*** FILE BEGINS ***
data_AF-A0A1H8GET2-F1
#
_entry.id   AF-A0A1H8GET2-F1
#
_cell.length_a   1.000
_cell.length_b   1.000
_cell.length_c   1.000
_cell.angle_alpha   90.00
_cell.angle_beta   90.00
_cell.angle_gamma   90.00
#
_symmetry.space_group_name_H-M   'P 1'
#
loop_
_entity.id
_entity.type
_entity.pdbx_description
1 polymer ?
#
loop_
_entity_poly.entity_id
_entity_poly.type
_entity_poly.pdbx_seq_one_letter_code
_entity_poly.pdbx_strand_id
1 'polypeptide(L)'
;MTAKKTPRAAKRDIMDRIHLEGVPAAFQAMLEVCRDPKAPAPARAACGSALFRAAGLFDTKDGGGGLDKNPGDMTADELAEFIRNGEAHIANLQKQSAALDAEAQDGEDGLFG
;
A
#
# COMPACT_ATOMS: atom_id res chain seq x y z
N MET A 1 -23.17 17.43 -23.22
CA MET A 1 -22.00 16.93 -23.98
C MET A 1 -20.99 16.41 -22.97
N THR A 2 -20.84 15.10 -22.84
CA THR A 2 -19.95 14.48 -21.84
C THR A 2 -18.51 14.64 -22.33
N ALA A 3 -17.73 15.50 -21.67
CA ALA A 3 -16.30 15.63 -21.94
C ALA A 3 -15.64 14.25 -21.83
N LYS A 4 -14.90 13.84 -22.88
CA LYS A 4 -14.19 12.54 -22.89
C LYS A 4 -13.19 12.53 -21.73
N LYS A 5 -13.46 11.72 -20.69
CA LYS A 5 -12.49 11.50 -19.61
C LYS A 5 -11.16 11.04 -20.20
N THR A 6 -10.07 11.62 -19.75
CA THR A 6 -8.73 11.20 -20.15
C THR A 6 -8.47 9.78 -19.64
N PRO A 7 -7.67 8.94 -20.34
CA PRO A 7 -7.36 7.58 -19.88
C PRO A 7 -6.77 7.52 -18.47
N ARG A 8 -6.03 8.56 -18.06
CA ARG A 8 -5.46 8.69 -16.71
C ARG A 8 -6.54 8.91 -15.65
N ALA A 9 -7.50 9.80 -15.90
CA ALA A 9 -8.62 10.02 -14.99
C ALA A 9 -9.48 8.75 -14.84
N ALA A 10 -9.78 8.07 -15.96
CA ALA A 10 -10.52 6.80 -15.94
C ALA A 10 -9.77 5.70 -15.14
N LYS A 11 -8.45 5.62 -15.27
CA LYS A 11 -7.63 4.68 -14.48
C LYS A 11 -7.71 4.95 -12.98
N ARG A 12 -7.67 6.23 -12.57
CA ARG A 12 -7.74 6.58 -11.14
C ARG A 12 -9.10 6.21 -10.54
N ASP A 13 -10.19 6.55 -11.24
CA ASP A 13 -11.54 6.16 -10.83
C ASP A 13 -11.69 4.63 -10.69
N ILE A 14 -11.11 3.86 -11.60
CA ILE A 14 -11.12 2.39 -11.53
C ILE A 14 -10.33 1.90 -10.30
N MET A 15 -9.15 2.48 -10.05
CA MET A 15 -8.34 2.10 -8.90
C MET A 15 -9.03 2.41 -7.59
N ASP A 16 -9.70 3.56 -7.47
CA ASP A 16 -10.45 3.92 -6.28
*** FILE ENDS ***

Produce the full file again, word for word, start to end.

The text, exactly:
data_AF-A0A1H8GET2-F1
#
_entry.id   AF-A0A1H8GET2-F1
#
_cell.length_a   1.000
_cell.length_b   1.000
_cell.length_c   1.000
_cell.angle_alpha   90.00
_cell.angle_beta   90.00
_cell.angle_gamma   90.00
#
_symmetry.space_group_name_H-M   'P 1'
#
loop_
_entity.id
_entity.type
_entity.pdbx_description
1 polymer ?
#
loop_
_entity_poly.entity_id
_entity_poly.type
_entity_poly.pdbx_seq_one_letter_code
_entity_poly.pdbx_strand_id
1 'polypeptide(L)'
;MTAKKTPRAAKRDIMDRIHLEGVPAAFQAMLEVCRDPKAPAPARAACGSALFRAAGLFDTKDGGGGLDKNPGDMTADELAEFIRNGEAHIANLQKQSAALDAEAQDGEDGLFG
;
A
#
# COMPACT_ATOMS: atom_id res chain seq x y z
N MET A 1 -23.17 17.43 -23.22
CA MET A 1 -22.00 16.93 -23.98
C MET A 1 -20.99 16.41 -22.97
N THR A 2 -20.84 15.10 -22.84
CA THR A 2 -19.95 14.48 -21.84
C THR A 2 -18.51 14.64 -22.33
N ALA A 3 -17.73 15.50 -21.67
CA ALA A 3 -16.30 15.63 -21.94
C ALA A 3 -15.64 14.25 -21.83
N LYS A 4 -14.90 13.84 -22.88
CA LYS A 4 -14.19 12.54 -22.89
C LYS A 4 -13.19 12.53 -21.73
N LYS A 5 -13.46 11.72 -20.69
CA LYS A 5 -12.49 11.50 -19.61
C LYS A 5 -11.16 11.04 -20.20
N THR A 6 -10.07 11.62 -19.75
CA THR A 6 -8.73 11.20 -20.15
C THR A 6 -8.47 9.78 -19.64
N PRO A 7 -7.67 8.94 -20.34
CA PRO A 7 -7.36 7.58 -19.88
C PRO A 7 -6.77 7.52 -18.47
N ARG A 8 -6.03 8.56 -18.06
CA ARG A 8 -5.46 8.69 -16.71
C ARG A 8 -6.54 8.91 -15.65
N ALA A 9 -7.50 9.80 -15.90
CA ALA A 9 -8.62 10.02 -14.99
C ALA A 9 -9.48 8.75 -14.84
N ALA A 10 -9.78 8.07 -15.96
CA ALA A 10 -10.52 6.80 -15.94
C ALA A 10 -9.77 5.70 -15.14
N LYS A 11 -8.45 5.62 -15.27
CA LYS A 11 -7.63 4.68 -14.48
C LYS A 11 -7.71 4.95 -12.98
N ARG A 12 -7.67 6.23 -12.57
CA ARG A 12 -7.74 6.58 -11.14
C ARG A 12 -9.10 6.21 -10.54
N ASP A 13 -10.19 6.55 -11.24
CA ASP A 13 -11.54 6.16 -10.83
C ASP A 13 -11.69 4.63 -10.69
N ILE A 14 -11.11 3.86 -11.60
CA ILE A 14 -11.12 2.39 -11.53
C ILE A 14 -10.33 1.90 -10.30
N MET A 15 -9.15 2.48 -10.05
CA MET A 15 -8.34 2.10 -8.90
C MET A 15 -9.03 2.41 -7.59
N ASP A 16 -9.70 3.56 -7.47
CA ASP A 16 -10.45 3.92 -6.28